Turkey Sees 22% Spike in Property Sales from Foreign Home Buyers

View from a villa near Bodrum Courtesy of Spot Blue View from a villa near Bodrum Courtesy of Spot Blue

Turkey saw a 22% spike in home sales to foreign buyers in 2017, according to a year-end report from the Turkish Statistical Institute, or Turk Stat. Despite Turkey’s spiral into authoritarianism under President Recep Tayyip Erdogan, foreigners continued to snap up homes in Istanbul and the capital city, Ankara—thanks in part to a new decree offering citizenship in exchange for luxury home purchases. In January 2017, the government enacted a new initiative whereby foreigners could get Turkish citizenship in exchange for buying a home for the equivalent of US$1 million or more.

A month later, Turkish parliament sweetened the deal even further by exempting foreigner property from the national value-added tax of 18%.

Istanbul recorded the largest spike year-over-year in foreign sales, increasing 41% over 2016, according to the data.

Modern new developments accounted for part of the spike, Spot Blue, a U.K.-based property portal for Turkish real estate, said in a separate report on Monday. New projects offered “a wide range of social community features such as swimming pools, landscaped gardens and onsite fitness gyms,” said Julian Walker, managing director of Spot Blue.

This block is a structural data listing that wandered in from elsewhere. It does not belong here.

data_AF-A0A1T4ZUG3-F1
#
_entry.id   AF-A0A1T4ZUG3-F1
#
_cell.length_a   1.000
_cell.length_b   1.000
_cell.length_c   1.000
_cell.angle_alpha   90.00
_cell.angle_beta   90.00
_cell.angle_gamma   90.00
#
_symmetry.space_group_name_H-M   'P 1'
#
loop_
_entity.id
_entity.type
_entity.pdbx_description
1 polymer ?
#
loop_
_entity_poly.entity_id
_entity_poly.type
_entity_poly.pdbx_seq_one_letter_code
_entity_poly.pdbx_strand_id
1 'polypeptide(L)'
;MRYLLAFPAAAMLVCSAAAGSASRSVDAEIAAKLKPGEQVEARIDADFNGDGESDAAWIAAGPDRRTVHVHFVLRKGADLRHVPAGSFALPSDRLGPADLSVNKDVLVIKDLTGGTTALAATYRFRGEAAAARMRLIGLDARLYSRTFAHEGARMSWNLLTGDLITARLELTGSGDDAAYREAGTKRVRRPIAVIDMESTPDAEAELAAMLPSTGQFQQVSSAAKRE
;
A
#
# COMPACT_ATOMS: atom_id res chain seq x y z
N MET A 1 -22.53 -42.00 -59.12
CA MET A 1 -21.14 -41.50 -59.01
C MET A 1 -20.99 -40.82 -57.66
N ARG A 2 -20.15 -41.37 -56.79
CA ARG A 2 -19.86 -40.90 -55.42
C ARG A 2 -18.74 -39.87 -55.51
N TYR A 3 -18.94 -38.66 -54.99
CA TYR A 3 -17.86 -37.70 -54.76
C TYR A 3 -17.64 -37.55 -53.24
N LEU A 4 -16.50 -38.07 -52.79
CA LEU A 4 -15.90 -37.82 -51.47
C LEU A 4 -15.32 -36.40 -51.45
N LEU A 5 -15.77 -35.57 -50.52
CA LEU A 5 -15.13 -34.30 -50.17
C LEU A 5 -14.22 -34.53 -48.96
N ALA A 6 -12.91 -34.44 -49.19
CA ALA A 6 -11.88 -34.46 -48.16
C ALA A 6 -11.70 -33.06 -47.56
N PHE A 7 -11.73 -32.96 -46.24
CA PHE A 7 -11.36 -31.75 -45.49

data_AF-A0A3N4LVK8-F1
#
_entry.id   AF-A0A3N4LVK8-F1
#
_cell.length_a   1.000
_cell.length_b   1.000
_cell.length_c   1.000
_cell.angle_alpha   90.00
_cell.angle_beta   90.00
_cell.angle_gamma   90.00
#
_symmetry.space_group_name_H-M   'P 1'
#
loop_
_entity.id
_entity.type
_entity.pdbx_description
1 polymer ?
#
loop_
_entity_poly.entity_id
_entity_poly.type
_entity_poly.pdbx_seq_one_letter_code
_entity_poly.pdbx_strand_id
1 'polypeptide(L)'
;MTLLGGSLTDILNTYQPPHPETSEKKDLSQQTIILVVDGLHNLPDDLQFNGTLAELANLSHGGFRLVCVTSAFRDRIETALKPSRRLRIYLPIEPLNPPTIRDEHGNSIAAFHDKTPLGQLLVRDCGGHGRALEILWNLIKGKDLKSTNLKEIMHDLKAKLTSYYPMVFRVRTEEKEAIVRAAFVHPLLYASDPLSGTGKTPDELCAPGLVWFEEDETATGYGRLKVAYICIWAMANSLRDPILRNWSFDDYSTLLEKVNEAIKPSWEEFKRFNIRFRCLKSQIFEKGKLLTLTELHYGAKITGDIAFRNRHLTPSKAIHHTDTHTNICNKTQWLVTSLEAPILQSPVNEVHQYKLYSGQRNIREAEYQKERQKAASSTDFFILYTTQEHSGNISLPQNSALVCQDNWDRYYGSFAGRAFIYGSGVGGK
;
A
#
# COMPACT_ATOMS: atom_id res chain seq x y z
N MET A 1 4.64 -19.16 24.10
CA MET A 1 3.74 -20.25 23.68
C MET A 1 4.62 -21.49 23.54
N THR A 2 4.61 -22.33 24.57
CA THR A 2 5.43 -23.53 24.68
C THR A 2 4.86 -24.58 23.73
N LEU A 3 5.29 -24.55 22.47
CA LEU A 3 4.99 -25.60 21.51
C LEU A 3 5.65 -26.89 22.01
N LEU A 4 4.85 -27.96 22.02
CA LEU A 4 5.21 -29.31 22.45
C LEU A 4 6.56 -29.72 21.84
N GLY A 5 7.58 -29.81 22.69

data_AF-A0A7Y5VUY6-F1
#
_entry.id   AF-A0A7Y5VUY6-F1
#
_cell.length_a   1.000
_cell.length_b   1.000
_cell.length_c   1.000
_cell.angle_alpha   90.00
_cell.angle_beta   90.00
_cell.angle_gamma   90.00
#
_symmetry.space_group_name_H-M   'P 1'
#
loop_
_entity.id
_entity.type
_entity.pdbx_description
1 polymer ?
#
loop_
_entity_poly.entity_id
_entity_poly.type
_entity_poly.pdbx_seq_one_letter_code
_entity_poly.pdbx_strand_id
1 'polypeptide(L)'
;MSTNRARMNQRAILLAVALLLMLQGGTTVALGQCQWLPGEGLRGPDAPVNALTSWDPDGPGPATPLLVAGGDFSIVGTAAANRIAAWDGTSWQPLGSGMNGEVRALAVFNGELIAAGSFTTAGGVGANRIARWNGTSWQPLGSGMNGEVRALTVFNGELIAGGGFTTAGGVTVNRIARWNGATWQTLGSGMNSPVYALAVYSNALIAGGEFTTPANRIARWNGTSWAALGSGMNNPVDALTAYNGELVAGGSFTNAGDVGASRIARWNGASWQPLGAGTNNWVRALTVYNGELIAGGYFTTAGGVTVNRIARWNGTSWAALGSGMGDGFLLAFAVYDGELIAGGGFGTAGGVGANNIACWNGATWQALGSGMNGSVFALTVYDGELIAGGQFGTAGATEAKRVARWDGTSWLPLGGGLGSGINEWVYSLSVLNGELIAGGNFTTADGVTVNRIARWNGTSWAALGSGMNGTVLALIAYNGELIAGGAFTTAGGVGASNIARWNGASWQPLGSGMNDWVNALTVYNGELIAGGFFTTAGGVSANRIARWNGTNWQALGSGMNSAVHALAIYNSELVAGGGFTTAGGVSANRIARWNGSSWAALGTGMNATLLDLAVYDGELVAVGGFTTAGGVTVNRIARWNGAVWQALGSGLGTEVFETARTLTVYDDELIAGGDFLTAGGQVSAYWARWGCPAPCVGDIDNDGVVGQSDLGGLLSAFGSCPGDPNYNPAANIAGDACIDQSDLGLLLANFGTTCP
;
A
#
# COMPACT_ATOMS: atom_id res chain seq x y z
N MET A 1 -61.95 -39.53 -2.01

“The outskirts and surrounding districts of Istanbul are also climbing in popularity as buyers are lured by lower property prices but with all the benefits of city living close by,” Mr. Walker said in the report.

Government stats show foreign buyers jumped 24% in the Mediterranean Yalova province, south of Istanbul.

The report did not break out luxury sales to foreigners, but Middle Easterners accounted for the biggest cohort of foreign buyers.

Iraqis made up the largest nationality of foreign buyers, increasing their numbers 25% since 2016, according to national statistics. Other major buyers included Saudis, who increased purchases by 77% since 2016. The number of home purchases by Qataris increased by 41%.

Europeans also increased their buying in Turkey. Sales to Germans increased 27%, and sales to Norwegians jumped 38%, according to the national data.

By Beckie StrumOriginally published on January 29, 2018|Mansion Global|